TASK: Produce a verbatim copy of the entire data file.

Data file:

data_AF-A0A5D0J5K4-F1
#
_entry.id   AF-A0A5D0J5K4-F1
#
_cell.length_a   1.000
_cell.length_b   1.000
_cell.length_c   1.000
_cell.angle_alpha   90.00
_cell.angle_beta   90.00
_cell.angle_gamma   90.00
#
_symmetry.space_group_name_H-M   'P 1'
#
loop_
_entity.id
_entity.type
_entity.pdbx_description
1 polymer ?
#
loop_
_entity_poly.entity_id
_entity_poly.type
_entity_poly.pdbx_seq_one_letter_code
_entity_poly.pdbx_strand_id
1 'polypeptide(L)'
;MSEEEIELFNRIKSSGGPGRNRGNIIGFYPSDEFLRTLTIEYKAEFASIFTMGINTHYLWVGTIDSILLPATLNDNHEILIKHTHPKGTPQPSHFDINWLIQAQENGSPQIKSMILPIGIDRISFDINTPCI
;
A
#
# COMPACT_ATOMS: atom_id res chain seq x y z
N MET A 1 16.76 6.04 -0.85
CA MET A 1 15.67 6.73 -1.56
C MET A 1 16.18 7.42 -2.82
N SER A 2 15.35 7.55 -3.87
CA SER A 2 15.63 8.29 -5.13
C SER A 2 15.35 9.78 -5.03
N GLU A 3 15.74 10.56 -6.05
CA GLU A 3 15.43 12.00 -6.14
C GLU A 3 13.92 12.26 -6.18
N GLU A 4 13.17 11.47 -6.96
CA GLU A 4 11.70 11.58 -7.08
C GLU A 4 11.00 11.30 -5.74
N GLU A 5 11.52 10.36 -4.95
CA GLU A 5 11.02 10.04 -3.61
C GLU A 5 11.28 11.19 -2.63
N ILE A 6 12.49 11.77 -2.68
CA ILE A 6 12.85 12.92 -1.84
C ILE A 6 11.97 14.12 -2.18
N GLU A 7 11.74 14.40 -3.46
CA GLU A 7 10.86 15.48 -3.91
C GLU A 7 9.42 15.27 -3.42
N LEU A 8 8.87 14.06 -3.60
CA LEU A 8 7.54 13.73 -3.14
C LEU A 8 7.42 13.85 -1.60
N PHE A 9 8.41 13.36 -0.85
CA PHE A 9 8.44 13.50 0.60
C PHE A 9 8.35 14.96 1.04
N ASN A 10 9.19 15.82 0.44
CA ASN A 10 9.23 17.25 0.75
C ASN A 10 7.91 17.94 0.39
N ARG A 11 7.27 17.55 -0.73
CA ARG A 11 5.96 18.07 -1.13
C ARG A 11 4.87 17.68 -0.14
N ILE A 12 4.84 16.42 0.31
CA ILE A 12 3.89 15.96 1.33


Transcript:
data_AF-A0A5D0J5K4-F1
#
_entry.id   AF-A0A5D0J5K4-F1
#
_cell.length_a   1.000
_cell.length_b   1.000
_cell.length_c   1.000
_cell.angle_alpha   90.00
_cell.angle_beta   90.00
_cell.angle_gamma   90.00
#
_symmetry.space_group_name_H-M   'P 1'
#
loop_
_entity.id
_entity.type
_entity.pdbx_description
1 polymer ?
#
loop_
_entity_poly.entity_id
_entity_poly.type
_entity_poly.pdbx_seq_one_letter_code
_entity_poly.pdbx_strand_id
1 'polypeptide(L)'
;MSEEEIELFNRIKSSGGPGRNRGNIIGFYPSDEFLRTLTIEYKAEFASIFTMGINTHYLWVGTIDSILLPATLNDNHEILIKHTHPKGTPQPSHFDINWLIQAQENGSPQIKSMILPIGIDRISFDINTPCI
;
A
#
# COMPACT_ATOMS: atom_id res chain seq x y z
N MET A 1 16.76 6.04 -0.85
CA MET A 1 15.67 6.73 -1.56
C MET A 1 16.18 7.42 -2.82
N SER A 2 15.35 7.55 -3.87
CA SER A 2 15.63 8.29 -5.13
C SER A 2 15.35 9.78 -5.03
N GLU A 3 15.74 10.56 -6.05
CA GLU A 3 15.43 12.00 -6.14
C GLU A 3 13.92 12.26 -6.18
N GLU A 4 13.17 11.47 -6.96
CA GLU A 4 11.70 11.58 -7.08
C GLU A 4 11.00 11.30 -5.74
N GLU A 5 11.52 10.36 -4.95
CA GLU A 5 11.02 10.04 -3.61
C GLU A 5 11.28 11.19 -2.63
N ILE A 6 12.49 11.77 -2.68
CA ILE A 6 12.85 12.92 -1.84
C ILE A 6 11.97 14.12 -2.18
N GLU A 7 11.74 14.40 -3.46
CA GLU A 7 10.86 15.48 -3.91
C GLU A 7 9.42 15.27 -3.42
N LEU A 8 8.87 14.06 -3.60
CA LEU A 8 7.54 13.73 -3.14
C LEU A 8 7.42 13.85 -1.60
N PHE A 9 8.41 13.36 -0.85
CA PHE A 9 8.44 13.50 0.60
C PHE A 9 8.35 14.96 1.04
N ASN A 10 9.19 15.82 0.44
CA ASN A 10 9.23 17.25 0.75
C ASN A 10 7.91 17.94 0.39
N ARG A 11 7.27 17.55 -0.73
CA ARG A 11 5.96 18.07 -1.13
C ARG A 11 4.87 17.68 -0.14
N ILE A 12 4.84 16.42 0.31
CA ILE A 12 3.89 15.96 1.33